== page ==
Santos’ targetted Hoskissons coal seam is the seam being mined for coal at the nearby Narrabri Underground coal mine, with an average of 90% CO2.
Inclusion of all gas sample data from 1998, when the first CSG well (Bohena 2) was drilled, until 2014 (when data became confidential), clearly shows that high levels of CO2 are prevalent in the main Santos target seams in wells over much of the project area. There are some areas with low CO2, but this cannot be said of the whole project area. It is conceivable that current production is from low a few low CO2 wells, used to provide gas for the Narrabri power stations, and sampling of this non-representative wells would just confirm low CO2 in those wells.
As may be expected with CO2 introduced by faults into the coal strata, the distribution of CO2 and methane is impossible to predict, with significant lateral changes in CO2 content. However, the data set which has been analysed spans the whole of PEL 238 and the proposed NGP area.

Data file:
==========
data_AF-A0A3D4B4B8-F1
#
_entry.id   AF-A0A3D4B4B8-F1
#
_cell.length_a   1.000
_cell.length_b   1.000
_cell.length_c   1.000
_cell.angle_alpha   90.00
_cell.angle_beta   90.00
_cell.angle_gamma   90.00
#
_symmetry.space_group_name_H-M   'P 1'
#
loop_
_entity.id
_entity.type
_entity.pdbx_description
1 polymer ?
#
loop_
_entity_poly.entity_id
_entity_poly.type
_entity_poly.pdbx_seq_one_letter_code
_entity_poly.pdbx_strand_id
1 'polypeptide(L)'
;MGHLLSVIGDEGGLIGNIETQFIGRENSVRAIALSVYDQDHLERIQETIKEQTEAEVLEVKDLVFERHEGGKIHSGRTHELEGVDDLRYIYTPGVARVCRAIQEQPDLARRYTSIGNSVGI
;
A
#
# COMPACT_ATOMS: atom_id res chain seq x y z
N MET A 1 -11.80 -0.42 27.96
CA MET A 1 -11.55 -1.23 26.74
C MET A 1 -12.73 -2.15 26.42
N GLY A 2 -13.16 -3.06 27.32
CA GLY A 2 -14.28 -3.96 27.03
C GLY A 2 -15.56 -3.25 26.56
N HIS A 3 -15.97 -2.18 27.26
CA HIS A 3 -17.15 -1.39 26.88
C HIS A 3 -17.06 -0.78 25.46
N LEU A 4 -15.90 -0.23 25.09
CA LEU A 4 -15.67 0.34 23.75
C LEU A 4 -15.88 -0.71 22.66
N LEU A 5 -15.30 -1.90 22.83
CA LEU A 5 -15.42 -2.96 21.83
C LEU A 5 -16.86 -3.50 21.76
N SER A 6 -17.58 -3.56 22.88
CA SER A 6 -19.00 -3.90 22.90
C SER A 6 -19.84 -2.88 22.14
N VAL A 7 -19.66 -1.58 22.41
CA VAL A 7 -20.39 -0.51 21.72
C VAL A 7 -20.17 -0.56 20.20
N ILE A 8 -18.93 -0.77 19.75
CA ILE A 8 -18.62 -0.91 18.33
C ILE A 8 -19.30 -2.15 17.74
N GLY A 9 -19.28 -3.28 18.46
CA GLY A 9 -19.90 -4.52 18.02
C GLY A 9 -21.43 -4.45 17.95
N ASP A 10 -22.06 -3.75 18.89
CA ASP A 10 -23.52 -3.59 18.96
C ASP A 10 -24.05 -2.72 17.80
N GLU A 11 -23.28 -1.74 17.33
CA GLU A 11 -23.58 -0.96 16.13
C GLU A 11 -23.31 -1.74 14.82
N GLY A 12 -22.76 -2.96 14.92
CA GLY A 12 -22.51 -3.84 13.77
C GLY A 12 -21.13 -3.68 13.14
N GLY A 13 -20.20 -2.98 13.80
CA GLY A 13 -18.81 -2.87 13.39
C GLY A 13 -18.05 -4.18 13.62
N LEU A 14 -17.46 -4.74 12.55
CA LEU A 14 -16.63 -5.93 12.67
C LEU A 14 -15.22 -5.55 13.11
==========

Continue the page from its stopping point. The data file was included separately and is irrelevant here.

The science of predicting when the CO2 in the gas will flow to the surface during drilling and production is still in its infancy, but high levels of CO2, will ultimately be produced, and if the project goes ahead, will be vented straight into the atmosphere – hardly the credentials for a “low carbon” transition fuel.
If, as suggested by Mr Spence, Santos will not be producing from the Hoskissons seam, then the entire EIS will need to be resubmitted and Santos will need to reduce any reserves associated with the shallower Hoskissons seam.
Even conventional reservoirs above volcanics can have high CO2 which has migrated in from the underlying igneous strata. Researchers have observed that the magmatic CO2 is not only found in coals in Australia (for example Cooper Basin coal seams have 30% – 60% CO2 and 40% at Narrabri), but high CO2 of igneous origin (from isotope studies) is also observed in other types of reservoirs, such as the Caroline-1 well in the Otway Basin, which has been producing 90%-95% CO2 for over 40 years. The CO2 in the Caroline Field has a volcanic source, assumed to be from the Holocene Mt Gambier volcanic chain.
The above material is updated research, and partly sourced from the following article: